Some lucky people, however, don't need a ticket to visit the Orbit; in fact, they get their own fancy car and public escort to take them there.
I'm talking, of course, about Queen Elizabeth, who visited the Orbit on the day we were there. It's one of the few times that commoners will be able to see the Queen without having to line up for hours, so we were quite lucky to catch a photo and a wave from Her Majesty.
After the Orbit, the Queen went inside the Aquatics Pavilion, where she made a brief appearance. My in-laws were inside the Aquatics Pavilion at the time watching the swimming heats, and they said the atmosphere was amazing. We could hear the cheering and stamping from outside and could only imagine what it must be like inside!
All that noise reminded us of all the events we were missing, so we proceeded to Park Live, an area inside Olympic Park where up to 10,000 spectators could lay on the grass and watch events broadcast on a giant screen. We arrived just in time to see Chinese shooter Yi Siling win the first gold medal of the Games, in women's 10m air rifle. From time to time, BBC coverage would cut to live shots of the park, so my son took the opportunity to get behind the television cameras and appear on live TV.
By this time, the mid-day sun was burning our backs (even the sun decided to cooperate for London 2012), and once again, the extent of the organizers' planning was evident: Volunteers wandered around the park, offering spectators squirts of sun lotion, wet wipes and plastic sheets so they could sit on the grass.
Just beyond the big screens, at the edge of Olympic Park, was the Athlete's Village, home to over 14,000 athletes and officials. Even from a distance, we could see the national flags that athletes were draping from their balconies.
The world's biggest sporting event deserves the biggest and the best, and including the World's Biggest McDonald's restaurant, built especially for the games by Olympics sponsor McDonald's. It's over staffed by 500 of the best McDonald's employees from around the world and seats 1,500 customers. We had lunch there, and although we enjoyed trying local menu items (the Cadbury Gold Wispa McFlurry deserves a gold medal), we quickly discovered that they also had the world's longest lines.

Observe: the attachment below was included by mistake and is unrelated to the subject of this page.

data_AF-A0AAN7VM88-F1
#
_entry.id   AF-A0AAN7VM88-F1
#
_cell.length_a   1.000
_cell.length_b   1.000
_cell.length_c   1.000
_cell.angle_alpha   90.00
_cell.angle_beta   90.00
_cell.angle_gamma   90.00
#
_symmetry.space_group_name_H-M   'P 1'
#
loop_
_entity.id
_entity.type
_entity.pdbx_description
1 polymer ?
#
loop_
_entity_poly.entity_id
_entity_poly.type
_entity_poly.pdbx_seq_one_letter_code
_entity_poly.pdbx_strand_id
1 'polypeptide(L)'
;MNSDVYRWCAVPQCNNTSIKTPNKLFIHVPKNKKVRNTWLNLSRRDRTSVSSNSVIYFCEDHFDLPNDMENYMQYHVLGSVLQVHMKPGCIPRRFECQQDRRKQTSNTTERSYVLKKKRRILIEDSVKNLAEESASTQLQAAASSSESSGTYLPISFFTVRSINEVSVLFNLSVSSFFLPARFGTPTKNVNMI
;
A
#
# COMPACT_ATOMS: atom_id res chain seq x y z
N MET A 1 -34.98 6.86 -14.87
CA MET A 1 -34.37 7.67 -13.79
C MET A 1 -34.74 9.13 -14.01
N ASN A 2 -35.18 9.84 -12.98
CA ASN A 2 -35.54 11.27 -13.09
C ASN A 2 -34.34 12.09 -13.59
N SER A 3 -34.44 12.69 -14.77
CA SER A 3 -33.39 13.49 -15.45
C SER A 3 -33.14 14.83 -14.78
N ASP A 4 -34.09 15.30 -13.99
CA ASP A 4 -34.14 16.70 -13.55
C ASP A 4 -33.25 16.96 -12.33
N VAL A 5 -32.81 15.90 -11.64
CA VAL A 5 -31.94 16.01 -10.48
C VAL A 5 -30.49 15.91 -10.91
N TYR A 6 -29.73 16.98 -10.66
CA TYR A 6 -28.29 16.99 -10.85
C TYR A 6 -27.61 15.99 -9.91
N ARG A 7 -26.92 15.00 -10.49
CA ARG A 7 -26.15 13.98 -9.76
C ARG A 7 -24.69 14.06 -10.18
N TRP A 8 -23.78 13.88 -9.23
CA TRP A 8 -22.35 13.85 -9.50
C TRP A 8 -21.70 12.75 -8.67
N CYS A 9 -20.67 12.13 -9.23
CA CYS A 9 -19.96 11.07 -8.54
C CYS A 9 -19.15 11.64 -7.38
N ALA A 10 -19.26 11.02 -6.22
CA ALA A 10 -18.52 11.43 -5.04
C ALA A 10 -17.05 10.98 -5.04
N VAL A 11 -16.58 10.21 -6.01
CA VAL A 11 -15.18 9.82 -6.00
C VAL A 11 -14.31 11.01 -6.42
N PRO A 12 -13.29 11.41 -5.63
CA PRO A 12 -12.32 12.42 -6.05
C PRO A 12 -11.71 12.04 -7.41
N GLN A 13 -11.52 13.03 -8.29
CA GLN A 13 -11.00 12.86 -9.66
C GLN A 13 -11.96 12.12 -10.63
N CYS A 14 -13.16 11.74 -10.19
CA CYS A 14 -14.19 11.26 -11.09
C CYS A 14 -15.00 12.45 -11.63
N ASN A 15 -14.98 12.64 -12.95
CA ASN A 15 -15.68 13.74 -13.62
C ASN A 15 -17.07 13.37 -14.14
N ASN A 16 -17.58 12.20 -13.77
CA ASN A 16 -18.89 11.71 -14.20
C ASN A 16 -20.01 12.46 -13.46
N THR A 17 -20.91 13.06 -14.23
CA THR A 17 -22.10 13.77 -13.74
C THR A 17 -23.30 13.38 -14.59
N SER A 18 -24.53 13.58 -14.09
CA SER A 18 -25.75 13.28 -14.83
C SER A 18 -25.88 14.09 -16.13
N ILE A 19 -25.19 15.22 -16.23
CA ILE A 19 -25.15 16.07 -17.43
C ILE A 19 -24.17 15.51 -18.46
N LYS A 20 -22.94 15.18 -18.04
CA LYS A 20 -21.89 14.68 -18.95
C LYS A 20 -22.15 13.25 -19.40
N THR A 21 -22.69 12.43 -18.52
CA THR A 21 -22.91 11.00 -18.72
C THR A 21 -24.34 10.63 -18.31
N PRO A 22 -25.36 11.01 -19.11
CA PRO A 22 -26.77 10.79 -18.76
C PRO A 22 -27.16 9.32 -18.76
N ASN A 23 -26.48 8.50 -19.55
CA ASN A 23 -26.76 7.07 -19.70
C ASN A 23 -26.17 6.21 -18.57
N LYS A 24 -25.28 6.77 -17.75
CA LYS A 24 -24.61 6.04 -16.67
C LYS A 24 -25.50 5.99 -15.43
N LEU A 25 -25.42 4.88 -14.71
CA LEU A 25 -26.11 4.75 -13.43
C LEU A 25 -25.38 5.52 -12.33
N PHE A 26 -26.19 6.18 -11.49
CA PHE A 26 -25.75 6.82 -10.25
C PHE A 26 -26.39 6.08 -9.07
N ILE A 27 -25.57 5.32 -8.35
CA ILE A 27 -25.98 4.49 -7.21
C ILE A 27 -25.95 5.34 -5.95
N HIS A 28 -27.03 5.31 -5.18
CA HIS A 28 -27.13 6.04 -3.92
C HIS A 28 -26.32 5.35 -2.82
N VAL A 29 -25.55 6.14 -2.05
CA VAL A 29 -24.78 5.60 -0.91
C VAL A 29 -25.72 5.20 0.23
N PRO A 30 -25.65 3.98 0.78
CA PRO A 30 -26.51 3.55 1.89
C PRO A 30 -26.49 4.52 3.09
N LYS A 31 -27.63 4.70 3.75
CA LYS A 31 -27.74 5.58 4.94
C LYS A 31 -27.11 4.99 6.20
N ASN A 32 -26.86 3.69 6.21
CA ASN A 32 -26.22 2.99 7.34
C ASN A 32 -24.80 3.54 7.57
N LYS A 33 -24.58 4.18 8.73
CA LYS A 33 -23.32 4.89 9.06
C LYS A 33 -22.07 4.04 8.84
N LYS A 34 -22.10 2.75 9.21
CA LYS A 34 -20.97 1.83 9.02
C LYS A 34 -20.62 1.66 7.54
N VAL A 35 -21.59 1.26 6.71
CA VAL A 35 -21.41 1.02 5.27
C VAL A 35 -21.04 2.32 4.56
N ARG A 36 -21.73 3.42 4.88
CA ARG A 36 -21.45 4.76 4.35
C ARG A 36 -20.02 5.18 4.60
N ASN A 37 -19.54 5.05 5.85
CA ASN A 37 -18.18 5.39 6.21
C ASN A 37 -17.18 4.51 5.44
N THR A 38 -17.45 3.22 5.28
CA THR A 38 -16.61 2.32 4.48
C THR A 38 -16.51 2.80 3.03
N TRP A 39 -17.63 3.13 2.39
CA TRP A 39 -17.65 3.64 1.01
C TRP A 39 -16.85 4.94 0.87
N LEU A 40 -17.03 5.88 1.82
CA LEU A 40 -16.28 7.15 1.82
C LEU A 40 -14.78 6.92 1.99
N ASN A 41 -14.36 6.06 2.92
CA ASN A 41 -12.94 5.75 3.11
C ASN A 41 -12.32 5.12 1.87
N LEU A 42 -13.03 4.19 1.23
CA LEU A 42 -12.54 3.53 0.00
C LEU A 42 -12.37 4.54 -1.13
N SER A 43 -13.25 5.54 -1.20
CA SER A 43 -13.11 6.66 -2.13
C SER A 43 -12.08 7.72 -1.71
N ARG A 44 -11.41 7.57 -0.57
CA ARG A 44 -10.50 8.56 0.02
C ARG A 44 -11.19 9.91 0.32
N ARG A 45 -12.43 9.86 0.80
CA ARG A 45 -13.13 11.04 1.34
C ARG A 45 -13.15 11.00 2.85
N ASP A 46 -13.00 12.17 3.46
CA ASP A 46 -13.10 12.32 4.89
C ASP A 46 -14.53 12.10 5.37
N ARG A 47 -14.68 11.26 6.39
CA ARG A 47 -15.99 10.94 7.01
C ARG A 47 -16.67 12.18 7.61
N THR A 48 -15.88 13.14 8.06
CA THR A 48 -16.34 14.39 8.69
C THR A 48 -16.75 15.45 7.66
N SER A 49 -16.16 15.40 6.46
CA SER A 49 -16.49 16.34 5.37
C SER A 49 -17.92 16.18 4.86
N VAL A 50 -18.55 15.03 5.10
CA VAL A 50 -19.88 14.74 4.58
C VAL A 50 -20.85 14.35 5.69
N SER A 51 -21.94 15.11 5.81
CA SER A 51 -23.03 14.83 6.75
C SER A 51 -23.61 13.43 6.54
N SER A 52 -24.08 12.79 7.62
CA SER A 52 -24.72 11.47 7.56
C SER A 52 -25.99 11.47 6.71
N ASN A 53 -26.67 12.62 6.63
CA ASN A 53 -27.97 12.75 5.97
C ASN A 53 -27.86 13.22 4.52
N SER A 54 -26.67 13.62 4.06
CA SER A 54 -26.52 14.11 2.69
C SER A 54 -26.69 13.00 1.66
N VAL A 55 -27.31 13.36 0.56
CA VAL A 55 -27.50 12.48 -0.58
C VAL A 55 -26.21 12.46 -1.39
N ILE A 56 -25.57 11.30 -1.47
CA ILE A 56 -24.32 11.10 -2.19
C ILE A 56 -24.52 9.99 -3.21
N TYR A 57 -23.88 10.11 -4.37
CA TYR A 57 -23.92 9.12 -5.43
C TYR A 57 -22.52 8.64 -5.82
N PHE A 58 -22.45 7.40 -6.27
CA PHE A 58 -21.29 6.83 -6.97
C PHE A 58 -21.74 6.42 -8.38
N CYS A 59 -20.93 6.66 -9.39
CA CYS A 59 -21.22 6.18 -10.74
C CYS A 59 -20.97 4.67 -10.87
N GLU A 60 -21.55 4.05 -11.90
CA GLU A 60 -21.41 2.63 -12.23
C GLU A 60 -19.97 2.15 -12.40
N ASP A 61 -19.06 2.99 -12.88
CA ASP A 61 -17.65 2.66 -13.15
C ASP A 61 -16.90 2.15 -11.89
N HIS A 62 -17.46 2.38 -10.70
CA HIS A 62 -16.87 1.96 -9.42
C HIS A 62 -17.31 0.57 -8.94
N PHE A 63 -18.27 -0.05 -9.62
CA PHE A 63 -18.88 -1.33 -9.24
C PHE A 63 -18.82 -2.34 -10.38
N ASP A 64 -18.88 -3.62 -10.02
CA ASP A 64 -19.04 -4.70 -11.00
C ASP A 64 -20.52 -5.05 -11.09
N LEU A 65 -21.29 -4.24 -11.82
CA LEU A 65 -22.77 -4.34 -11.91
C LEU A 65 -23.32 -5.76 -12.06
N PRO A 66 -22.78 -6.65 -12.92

Other major sponsors also had pavilions for visitors to explore and enjoy. Coca-Cola had a Pin Trading center, where pinheads and newbies alike could collect and trade pins. Their interactive BeatBox pavilion, where visitors could "play" the structure like an instrument and create their own Olympic soundtrack, was one of the most popular destinations in Olympic Park. Other sponsor pavilions included the Panasonic 3D Theatre, Acer Journey, Samsung Mobile Live PIN, and EDF Electricity Pavilion.
It would take the stamina of an Olympic marathoner to see everything in Olympic Park in a single day, but we simply had to take home souvenirs of our once-in-a-lifetime experience, so we made it a point to stop by the Olympics Megastore on our way out of Olympic Park. Apparently everyone visiting Olympic Park had the same opinion, because the lines to enter the store were as long as the lines to get into the park. While there are Olympics stores and kiosks scattered throughout London, the Megastore stocks the biggest range of London 2012 memorabilia in the UK, including merchandise that's only available at official Olympics venues.
We emerged from the Megastore and Olympic Park with a generous assortment of Olympic pins, shirts and other tchotchkes. I know I'll be cursing my bank balance when I get back to the US, but what's a few quid compared to photos of the Queen and memories of a once-in-a-lifetime day at Olympic Park?